There must be something in the air in Kyoto that is especially conducive to artists. Clearly, while Kyoto was the capital of Japan, this was the place to be if you wanted to make a living as an artist, or even as a craftsperson. But even today, Kyoto is a hub of Japan’s art world and many people with strong ties to the city become leaders in their fields, be it ukiyo-e, paintings, calligraphy, ceramics etc.
One of the most famous Japanese artists – and a woman to boot – is Uemura Shoen (1875 – 1949). She stands out as one of the few female painters from the Meiji/Taisho/Showa eras of Japan who rose not only to national but even to international fame during her lifetime.
When she was born in 1875 as the second daughter of a tea merchant in Kyoto’s Shimogyoku district, she was named Tsune. Her father had died two months before her birth, so she grew up in a household dominated by her mother and aunts. Tsune’s mother ran a popular teashop called “Chikiri-ya” which attracted affluent clients purchasing tea and other items for tea ceremony.
Little Tsune loved to draw from an early age and impressed her family so much with her talent that she was sent to the Kyoto Prefectural Art School to study when she was only 12 years old. Just three years later, her painting The Beauty of Four Seasons was sent to an art exhibition and was promptly bought by Prince Arthur, the third son of Queen Victoria, who was visiting Japan at that time. From one day to another, the young girl now known as Uemura Shoen became a celebrity.
At that time, this was highly unusual. Even though many women, especially of the higher classes, learned how to paint (mostly in the traditional Japanese style), they practised the art as a pastime rather than as a profession. While other professional female painters did exist at the time (for example, Ito Shoba and Kajiwara Hisako), most of Japan’s art scene was dominated by men, in particular outside of Tokyo. Uemura’s international success – a version of The Beauty of Four Seasons won an award at the 1893 World Exposition in Chicago – was unprecedented.
Uemura Shoen studied under several teachers (Suzuki Shonen who gave her the first kanji of his name, Kono Bairei and Takeuchi Seiho) and in her work integrated the traditional Maruyama Shijo, Kano, and Sesshu schools of painting. She also drew influences from ukiyo-e and Chinese landscape paintings.
The majority of Uemura Shoen’s works are so-called bijin-ga, paintings of beautiful women, doubtlessly influenced by all the women who visited her mother’s teashop. Their bodies often take up most of the painting and draw the focus towards the intricate details of their kimono and hair ornaments, painted with unparalleled delicacy. Many of her works were inspired by Noh theater. Even though women are not allowed to perform, Uemura’s paintings of Noh show women in classical dance poses and with a strong and determined mien.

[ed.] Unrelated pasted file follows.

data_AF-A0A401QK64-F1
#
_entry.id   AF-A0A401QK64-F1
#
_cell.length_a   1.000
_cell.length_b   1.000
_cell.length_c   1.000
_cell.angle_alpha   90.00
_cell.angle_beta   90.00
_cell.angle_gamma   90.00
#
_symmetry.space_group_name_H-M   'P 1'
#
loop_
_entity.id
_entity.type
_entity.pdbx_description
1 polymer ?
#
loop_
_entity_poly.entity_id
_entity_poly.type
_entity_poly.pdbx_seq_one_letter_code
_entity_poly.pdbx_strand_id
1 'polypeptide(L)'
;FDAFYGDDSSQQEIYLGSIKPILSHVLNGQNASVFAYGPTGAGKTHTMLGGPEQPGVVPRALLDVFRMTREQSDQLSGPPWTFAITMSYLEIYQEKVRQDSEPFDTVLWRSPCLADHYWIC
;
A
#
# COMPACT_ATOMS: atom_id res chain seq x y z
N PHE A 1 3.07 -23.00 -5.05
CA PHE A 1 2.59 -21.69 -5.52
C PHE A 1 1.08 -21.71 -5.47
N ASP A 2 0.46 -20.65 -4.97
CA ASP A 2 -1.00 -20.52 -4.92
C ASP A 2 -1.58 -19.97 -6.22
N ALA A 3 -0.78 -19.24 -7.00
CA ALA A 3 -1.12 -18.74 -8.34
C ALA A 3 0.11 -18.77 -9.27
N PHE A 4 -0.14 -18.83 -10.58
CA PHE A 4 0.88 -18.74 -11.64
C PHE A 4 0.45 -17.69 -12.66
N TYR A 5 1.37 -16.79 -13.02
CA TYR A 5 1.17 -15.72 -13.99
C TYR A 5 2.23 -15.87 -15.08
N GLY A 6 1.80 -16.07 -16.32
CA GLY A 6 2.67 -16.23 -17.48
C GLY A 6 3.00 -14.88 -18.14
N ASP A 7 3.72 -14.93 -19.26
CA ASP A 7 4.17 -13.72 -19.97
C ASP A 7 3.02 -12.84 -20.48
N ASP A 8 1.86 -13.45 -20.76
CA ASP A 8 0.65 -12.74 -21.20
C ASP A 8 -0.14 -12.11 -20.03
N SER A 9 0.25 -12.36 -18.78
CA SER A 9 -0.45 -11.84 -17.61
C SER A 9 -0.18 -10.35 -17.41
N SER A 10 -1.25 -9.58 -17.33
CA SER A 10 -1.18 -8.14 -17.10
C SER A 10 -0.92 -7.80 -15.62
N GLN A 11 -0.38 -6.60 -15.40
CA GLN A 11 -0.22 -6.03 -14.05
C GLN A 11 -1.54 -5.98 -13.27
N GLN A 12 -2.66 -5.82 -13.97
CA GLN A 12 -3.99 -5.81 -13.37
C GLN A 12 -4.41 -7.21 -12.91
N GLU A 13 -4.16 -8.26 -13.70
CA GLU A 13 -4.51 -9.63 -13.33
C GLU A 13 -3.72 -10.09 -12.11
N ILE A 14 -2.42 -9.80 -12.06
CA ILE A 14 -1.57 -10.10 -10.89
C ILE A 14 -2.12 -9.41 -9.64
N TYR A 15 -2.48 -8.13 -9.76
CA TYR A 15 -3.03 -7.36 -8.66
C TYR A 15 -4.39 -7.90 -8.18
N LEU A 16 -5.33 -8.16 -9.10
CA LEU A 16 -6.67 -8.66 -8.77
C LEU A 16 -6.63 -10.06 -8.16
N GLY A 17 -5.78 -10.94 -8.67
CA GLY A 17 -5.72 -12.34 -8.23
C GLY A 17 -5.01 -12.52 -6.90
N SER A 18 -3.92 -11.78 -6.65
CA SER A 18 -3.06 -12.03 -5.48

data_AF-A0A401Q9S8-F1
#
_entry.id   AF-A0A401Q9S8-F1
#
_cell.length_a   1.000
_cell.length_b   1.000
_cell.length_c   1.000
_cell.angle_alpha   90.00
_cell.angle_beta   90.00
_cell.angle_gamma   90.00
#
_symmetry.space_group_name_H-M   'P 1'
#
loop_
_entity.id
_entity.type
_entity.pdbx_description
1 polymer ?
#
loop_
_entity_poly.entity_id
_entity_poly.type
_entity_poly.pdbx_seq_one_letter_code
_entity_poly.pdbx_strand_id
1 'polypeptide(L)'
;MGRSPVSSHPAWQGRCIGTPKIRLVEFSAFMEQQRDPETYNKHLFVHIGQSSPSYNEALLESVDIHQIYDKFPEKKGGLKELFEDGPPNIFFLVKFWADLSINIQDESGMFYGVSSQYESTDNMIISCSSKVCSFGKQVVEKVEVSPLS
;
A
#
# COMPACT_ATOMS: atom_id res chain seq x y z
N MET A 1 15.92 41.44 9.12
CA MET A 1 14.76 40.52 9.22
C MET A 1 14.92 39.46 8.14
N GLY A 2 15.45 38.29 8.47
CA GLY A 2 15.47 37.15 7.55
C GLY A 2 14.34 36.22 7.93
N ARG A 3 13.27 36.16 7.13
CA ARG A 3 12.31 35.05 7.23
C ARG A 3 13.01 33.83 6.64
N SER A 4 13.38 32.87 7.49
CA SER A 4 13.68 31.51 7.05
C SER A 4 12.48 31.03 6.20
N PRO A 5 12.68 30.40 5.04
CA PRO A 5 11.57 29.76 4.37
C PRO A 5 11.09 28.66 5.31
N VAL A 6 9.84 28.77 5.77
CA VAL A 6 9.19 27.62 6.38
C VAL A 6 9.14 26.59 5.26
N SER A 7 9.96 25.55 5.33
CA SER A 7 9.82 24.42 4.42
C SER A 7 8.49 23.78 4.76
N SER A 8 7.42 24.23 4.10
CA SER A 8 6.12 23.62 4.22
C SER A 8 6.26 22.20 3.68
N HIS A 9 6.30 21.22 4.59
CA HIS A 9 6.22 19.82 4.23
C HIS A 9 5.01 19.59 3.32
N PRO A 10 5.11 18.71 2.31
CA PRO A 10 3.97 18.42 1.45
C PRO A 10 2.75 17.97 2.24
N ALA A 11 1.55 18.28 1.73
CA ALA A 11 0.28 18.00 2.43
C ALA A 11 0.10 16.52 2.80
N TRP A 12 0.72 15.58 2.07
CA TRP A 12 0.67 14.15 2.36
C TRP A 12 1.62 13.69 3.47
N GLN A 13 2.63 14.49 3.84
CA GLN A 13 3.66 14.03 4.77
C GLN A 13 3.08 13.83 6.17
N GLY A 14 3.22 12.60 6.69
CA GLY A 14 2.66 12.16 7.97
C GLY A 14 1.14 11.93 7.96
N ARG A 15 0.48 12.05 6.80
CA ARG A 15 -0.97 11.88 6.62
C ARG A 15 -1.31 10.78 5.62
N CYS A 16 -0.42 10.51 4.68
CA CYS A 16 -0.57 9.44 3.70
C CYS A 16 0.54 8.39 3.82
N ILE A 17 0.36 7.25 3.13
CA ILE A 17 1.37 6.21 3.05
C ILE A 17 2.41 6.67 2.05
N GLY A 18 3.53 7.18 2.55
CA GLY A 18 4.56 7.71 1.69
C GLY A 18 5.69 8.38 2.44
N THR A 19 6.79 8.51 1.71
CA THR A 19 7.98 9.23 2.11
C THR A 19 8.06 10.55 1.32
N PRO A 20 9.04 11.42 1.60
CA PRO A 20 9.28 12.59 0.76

When Uemura was 27 and unmarried, she gave birth to a son, Uemura Shoko, who later became a painter himself. She raised him and his sister, born a few years later, as a single mother, and never revealed the name of their father. It is speculated, however, that it may have been her teacher, Suzuki Shonen. Not only did he allow her to use the first character of his name in her own pseudonym, but he also accelerated her education and let her learn and practice the painting of figures in his own atelier instead of at school. Already at that time, people suspected an affair between the two, and her reputation took a downwards turn. However, in the long run, her exceptional talent silenced all critics, whether of her work or her private conduct.
In her later years, Uemura Shoen’s status as outstanding female painter was officially recognized. She became the pioneer in numerous top-ranking awards: first female painter accepted in the Imperial Art Academy (1941), second female court artist to the Imperial Household Agency (1944), and first woman to receive the Order of Culture (1948). Her painting Jo no mai of a female Noh dancer was the first painting by a Japanese woman rated as Important Cultural Propery. Uemura Shoen died in 1949, aged 74, still painting until the very end.
Uemura Shoen was a very prolific painter. To see a wide range of her pieces, you don’t have to go far (from Kyoto, that is): The Shohaku Art Museum in Nara focuses on her works, as well as those of her son and grandson.